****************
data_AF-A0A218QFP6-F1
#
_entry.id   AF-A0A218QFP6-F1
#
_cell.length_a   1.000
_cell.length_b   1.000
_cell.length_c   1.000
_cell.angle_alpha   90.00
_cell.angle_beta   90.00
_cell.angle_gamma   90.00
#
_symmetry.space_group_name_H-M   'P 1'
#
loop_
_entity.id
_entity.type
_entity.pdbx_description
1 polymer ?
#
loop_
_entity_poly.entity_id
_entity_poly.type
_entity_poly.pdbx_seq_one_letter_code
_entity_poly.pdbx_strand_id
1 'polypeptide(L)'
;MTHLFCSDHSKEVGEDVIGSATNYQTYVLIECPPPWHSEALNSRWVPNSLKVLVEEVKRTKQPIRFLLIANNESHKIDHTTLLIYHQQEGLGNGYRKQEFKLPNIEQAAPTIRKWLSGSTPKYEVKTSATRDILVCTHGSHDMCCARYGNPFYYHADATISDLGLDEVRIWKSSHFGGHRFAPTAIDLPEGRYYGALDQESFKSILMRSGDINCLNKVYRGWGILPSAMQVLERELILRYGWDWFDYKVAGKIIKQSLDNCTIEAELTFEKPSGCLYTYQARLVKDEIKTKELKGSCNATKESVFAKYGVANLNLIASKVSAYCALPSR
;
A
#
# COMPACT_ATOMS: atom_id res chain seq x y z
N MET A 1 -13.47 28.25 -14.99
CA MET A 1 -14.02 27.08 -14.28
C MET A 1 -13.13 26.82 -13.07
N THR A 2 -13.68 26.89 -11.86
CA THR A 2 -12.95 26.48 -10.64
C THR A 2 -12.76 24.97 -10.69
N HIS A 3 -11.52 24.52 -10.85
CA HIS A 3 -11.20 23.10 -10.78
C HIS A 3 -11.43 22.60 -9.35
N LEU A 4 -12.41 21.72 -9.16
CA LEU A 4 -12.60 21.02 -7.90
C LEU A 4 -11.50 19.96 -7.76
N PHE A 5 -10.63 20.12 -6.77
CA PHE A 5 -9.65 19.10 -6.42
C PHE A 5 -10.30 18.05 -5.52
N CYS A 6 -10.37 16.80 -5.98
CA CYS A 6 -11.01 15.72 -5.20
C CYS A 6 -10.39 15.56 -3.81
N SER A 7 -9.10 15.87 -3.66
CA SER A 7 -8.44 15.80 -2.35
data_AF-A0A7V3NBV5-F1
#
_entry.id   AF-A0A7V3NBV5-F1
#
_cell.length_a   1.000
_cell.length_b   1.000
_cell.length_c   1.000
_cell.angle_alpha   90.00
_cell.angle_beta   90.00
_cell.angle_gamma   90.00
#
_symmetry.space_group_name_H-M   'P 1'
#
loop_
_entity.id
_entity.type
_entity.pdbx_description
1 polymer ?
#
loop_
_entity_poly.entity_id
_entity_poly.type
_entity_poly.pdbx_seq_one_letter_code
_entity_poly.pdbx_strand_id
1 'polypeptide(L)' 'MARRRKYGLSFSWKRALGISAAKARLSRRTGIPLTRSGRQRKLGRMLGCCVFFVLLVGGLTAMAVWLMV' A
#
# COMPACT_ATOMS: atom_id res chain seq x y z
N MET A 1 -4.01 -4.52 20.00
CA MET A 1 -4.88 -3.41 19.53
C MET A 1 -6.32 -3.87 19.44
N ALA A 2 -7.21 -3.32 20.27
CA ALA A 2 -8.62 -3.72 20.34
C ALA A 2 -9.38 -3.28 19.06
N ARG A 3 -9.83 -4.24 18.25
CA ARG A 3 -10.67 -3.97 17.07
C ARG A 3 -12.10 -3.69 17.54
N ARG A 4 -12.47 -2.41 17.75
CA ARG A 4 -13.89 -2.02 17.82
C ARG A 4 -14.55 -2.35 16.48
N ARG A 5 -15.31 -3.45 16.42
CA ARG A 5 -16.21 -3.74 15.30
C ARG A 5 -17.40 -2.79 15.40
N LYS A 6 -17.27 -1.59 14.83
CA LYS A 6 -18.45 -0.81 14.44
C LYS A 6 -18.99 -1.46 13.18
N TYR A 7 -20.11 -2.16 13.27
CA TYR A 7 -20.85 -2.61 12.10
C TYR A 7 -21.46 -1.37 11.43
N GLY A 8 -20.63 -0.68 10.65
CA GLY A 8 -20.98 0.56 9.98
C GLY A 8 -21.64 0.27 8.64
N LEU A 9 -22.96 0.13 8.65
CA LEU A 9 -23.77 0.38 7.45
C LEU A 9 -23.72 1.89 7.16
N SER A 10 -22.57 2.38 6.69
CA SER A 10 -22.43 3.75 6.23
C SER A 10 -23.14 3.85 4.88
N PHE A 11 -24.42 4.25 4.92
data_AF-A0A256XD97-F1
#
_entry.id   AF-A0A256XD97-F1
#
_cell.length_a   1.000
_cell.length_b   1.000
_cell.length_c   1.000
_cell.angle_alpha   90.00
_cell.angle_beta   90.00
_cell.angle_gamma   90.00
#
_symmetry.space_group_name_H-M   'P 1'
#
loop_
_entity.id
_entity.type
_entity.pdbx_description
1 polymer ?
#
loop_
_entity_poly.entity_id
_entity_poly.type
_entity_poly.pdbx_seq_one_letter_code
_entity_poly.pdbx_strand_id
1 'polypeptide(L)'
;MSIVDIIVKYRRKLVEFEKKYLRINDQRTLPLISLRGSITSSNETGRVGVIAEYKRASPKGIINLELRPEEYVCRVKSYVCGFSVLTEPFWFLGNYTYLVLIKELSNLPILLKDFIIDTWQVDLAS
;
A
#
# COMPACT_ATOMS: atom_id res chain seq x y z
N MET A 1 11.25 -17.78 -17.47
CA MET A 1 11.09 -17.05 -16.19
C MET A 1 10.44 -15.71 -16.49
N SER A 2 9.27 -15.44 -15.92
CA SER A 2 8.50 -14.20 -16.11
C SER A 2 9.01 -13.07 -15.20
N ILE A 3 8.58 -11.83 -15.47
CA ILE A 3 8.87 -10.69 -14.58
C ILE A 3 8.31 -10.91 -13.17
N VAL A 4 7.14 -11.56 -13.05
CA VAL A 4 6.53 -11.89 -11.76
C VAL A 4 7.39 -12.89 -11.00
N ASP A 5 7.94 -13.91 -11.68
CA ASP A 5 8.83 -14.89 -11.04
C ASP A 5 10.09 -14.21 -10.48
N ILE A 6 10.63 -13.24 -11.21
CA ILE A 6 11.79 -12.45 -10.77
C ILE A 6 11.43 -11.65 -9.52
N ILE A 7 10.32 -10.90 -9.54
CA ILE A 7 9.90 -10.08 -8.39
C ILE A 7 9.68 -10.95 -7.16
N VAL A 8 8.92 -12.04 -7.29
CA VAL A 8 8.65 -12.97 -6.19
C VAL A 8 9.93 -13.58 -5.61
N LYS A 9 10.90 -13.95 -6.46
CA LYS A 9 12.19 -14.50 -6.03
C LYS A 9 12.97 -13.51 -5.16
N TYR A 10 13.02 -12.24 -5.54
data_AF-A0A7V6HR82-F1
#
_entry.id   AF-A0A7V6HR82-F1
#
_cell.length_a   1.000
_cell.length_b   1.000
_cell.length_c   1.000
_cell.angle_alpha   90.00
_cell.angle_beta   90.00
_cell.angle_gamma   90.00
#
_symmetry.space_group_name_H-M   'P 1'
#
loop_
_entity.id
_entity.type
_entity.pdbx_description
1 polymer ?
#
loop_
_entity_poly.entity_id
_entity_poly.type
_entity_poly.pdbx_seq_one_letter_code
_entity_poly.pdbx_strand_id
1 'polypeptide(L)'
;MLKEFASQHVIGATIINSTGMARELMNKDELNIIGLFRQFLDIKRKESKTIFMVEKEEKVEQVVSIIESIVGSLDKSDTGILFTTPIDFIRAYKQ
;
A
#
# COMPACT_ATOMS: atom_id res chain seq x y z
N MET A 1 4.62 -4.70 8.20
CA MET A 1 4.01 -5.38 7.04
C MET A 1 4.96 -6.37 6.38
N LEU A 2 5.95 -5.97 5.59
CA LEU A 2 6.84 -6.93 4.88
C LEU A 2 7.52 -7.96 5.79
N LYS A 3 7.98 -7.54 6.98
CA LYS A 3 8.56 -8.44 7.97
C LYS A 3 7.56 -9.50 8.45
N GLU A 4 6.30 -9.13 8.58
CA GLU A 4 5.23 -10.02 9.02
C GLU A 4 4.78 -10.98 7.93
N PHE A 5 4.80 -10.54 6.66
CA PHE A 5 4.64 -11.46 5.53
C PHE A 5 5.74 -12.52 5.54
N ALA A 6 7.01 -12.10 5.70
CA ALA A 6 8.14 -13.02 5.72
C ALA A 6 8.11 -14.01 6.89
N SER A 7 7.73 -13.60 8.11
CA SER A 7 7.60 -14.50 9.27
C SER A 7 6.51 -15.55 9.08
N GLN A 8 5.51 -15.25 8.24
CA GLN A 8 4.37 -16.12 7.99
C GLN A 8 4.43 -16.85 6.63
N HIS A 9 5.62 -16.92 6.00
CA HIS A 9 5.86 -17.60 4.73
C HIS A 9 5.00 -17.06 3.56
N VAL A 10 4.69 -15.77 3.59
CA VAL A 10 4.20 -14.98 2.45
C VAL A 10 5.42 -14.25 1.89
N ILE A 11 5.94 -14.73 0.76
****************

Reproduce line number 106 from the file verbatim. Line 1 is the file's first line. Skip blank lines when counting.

CA SER A 10 -22.43 3.75 6.23